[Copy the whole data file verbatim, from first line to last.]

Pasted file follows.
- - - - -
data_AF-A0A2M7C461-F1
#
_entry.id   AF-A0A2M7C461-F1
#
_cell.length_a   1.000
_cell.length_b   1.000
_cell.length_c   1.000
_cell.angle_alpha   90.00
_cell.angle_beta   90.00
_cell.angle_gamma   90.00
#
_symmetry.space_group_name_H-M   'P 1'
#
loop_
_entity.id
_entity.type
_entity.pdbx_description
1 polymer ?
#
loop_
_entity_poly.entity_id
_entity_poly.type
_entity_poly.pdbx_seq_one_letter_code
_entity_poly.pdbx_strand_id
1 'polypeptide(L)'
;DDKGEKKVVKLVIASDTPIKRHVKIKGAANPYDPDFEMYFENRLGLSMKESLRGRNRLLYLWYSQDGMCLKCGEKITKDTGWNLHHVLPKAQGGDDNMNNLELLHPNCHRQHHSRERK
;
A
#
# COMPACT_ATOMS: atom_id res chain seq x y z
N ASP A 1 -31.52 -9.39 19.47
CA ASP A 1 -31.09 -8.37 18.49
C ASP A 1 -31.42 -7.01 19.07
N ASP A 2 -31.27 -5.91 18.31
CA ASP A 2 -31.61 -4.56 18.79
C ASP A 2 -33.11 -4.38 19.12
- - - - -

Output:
data_AF-A0A2M7C461-F1
#
_entry.id   AF-A0A2M7C461-F1
#
_cell.length_a   1.000
_cell.length_b   1.000
_cell.length_c   1.000
_cell.angle_alpha   90.00
_cell.angle_beta   90.00
_cell.angle_gamma   90.00
#
_symmetry.space_group_name_H-M   'P 1'
#
loop_
_entity.id
_entity.type
_entity.pdbx_description
1 polymer ?
#
loop_
_entity_poly.entity_id
_entity_poly.type
_entity_poly.pdbx_seq_one_letter_code
_entity_poly.pdbx_strand_id
1 'polypeptide(L)'
;DDKGEKKVVKLVIASDTPIKRHVKIKGAANPYDPDFEMYFENRLGLSMKESLRGRNRLLYLWYSQDGMCLKCGEKITKDTGWNLHHVLPKAQGGDDNMNNLELLHPNCHRQHHSRERK
;
A
#
# COMPACT_ATOMS: atom_id res chain seq x y z
N ASP A 1 -31.52 -9.39 19.47
CA ASP A 1 -31.09 -8.37 18.49
C ASP A 1 -31.42 -7.01 19.07
N ASP A 2 -31.27 -5.91 18.31
CA ASP A 2 -31.61 -4.56 18.79
C ASP A 2 -33.11 -4.38 19.12